- Blackout curtains – These are made with thermal-backed material which provide insulation. In the winter close the curtains after dark (to keep the cold out), and open during the day (to gain some solar heat). You can also use these during the summer, by reversing the time when you open and close. They can be purchased at general department stores as curtains for ~$20, or you can pick up fabric and make them yourself (as curtains or adhere them to existing blinds)
- Weatherproofing – Air leaks account for the largest energy loss from your home. Seal everything that you can, such as exterior doors, windows, light fixtures, electrical outlets, even ceiling fans.
- Behavioral – This is where energy conservation gets awfully fun, and potentially downright stylish. Rock an ugly Christmas sweater all season long. Snuggle with your dog (or partner). Learn to love socks. Use it as a perfect excuse to splurge on a handmade rug from Etsy. Use your imagination!
Additional initiatives for those who own homes:
- Energy Audit – provides insight into the initiatives that would have the most impact in your home
- Insulation– remember to compare the R-value when purchasing (higher is better)
- Windows – consider triple or double glazed windows
- HVAC System – how efficient is your furnace or air conditioning system?
I think its important to remember that energy reduction should start at home. If you are passionate about sustainability, green house gases, carbon emissions, climate change, air pollution, water contamination or the destruction of natural habitats – take this into your own hands. Many people agree these are important issues, but few are willing or informed enough to make changes in their personal lives. Saving energy is not just about reducing your energy bill, it’s about investing in our future and living out our beliefs.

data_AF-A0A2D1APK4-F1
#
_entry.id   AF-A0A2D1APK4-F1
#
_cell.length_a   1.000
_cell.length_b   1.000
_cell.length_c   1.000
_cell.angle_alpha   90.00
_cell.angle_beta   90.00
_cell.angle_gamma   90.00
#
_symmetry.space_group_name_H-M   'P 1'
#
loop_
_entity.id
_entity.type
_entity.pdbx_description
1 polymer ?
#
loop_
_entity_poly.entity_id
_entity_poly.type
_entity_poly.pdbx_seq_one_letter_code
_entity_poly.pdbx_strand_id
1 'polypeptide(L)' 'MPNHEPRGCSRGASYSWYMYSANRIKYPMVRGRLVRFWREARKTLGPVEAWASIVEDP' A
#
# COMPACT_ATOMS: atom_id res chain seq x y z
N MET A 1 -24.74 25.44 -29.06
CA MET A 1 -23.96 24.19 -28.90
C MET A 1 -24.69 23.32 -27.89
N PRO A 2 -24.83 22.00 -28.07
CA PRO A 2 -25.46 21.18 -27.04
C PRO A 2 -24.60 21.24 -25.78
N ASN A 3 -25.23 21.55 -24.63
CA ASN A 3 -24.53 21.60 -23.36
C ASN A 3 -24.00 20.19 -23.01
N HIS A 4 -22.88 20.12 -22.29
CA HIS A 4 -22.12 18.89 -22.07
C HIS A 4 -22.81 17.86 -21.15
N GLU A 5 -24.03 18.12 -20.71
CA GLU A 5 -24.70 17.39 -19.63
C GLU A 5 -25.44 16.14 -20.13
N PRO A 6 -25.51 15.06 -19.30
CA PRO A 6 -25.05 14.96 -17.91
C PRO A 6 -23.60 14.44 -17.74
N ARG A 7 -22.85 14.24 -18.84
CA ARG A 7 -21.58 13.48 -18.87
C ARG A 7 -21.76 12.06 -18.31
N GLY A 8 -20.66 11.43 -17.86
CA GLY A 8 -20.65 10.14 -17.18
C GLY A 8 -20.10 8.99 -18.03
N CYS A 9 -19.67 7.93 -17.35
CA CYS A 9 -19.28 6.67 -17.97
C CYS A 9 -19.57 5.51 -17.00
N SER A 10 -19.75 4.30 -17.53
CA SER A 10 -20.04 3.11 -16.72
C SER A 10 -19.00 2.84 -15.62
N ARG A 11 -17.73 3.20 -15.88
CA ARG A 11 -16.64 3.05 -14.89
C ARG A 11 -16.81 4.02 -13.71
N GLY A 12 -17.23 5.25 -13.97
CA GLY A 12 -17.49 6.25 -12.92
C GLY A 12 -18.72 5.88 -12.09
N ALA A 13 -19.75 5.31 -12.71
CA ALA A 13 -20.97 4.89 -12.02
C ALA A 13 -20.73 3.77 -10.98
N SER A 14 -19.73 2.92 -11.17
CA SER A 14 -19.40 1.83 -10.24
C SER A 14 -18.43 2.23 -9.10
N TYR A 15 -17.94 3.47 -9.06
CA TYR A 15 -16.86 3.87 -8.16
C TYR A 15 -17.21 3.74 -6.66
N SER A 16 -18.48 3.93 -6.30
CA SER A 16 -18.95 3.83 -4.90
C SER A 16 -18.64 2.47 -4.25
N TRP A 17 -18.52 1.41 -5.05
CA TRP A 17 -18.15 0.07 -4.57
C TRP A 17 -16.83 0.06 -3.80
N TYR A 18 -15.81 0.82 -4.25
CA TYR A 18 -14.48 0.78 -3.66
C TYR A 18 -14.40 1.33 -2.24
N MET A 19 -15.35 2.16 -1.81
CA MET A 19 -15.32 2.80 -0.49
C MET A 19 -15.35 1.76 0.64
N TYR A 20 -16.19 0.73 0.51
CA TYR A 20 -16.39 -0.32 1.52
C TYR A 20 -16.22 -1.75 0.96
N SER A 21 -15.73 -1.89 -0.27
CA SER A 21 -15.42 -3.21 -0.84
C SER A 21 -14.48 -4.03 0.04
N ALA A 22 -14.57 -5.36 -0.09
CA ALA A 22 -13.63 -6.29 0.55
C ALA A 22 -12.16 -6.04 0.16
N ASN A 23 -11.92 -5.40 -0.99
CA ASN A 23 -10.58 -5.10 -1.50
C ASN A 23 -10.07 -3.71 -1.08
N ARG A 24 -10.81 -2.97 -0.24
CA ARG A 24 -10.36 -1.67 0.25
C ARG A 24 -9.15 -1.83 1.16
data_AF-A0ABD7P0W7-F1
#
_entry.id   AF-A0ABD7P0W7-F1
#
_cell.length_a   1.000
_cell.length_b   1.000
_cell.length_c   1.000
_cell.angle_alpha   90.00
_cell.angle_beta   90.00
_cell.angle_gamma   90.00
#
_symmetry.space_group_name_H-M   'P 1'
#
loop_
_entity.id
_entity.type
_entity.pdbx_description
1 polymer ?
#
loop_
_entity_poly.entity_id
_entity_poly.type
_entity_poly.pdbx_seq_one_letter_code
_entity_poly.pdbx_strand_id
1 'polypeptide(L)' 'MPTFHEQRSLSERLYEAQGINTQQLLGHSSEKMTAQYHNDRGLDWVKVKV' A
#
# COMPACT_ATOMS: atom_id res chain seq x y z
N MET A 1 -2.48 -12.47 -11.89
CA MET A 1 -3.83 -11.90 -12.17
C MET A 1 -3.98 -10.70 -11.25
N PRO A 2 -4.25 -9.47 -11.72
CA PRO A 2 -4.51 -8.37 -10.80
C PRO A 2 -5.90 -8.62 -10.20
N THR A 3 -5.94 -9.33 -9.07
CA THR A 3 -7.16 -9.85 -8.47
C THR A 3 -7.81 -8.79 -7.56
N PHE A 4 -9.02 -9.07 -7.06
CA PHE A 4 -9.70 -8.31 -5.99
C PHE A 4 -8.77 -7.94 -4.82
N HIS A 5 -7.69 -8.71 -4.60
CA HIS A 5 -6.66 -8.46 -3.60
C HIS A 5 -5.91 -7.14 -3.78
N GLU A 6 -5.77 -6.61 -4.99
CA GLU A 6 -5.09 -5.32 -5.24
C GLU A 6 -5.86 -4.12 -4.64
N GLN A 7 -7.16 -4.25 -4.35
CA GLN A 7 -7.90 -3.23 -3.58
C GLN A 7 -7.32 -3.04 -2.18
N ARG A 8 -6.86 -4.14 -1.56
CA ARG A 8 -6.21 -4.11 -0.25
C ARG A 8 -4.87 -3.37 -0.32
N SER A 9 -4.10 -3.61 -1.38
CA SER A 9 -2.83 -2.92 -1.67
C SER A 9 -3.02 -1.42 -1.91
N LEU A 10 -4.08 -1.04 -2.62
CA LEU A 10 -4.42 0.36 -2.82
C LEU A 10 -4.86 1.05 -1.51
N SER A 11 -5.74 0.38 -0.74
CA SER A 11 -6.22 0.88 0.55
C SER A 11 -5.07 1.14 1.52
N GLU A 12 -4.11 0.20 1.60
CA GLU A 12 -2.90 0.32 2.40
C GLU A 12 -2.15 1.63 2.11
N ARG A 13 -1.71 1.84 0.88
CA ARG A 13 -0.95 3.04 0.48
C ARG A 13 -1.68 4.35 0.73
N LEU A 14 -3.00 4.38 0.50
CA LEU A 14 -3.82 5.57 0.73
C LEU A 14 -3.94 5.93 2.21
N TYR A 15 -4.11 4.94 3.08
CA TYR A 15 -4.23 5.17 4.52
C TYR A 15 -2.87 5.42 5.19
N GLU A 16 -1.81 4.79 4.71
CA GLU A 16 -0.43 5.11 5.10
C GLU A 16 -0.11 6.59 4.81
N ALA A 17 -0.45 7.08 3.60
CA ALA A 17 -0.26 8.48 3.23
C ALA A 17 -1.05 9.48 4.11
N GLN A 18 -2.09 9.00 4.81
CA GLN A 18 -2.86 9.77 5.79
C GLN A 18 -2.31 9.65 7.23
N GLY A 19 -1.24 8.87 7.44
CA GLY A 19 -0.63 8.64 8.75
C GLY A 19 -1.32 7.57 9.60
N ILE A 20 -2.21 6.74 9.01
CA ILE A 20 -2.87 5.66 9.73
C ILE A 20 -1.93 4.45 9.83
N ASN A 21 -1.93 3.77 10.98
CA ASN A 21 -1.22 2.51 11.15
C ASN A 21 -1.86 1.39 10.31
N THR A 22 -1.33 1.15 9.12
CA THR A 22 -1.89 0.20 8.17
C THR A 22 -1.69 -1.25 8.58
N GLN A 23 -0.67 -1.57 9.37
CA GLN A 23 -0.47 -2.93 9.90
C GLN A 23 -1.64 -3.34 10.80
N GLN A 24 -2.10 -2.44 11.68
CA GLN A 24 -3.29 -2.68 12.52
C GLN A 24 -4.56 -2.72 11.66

Join me in becoming part of the solution.
Challenge: Commit to implement one positive energy reducing initiative in your home. Post what you will implement below & update us when you do.
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8 thoughts on “My Home Energy Project: Step 2 – Heating”
Just wanted to let you know about the home electricity monitor I use from Eyedro. It tells me my whole home’s electricity use in real-time. Weekly reports on my usage and costs, lots of great graphics. Check it out at http://eyedro.com.
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Awesome! I can’t wait to check it out. Thanks for the recommendation Megan.
One thing that is also important, if you have an oil or gas furnace, have the maintenance done once a year to make sure it’s working at its top efficiency.
When it is sunny outside, I always leave my blinds open to get that extra heat gain from the sun especially the one for my patio door
2 of our windows are very old leaky double hung windows. I must remember to pick up some ‘gap-stop; caulking to seal them up. This stuff hardens to a soft rubbery consistency then can be peeled out in the spring.
Whoohoo! Thanks Richard for committing to weatherproofing your windows.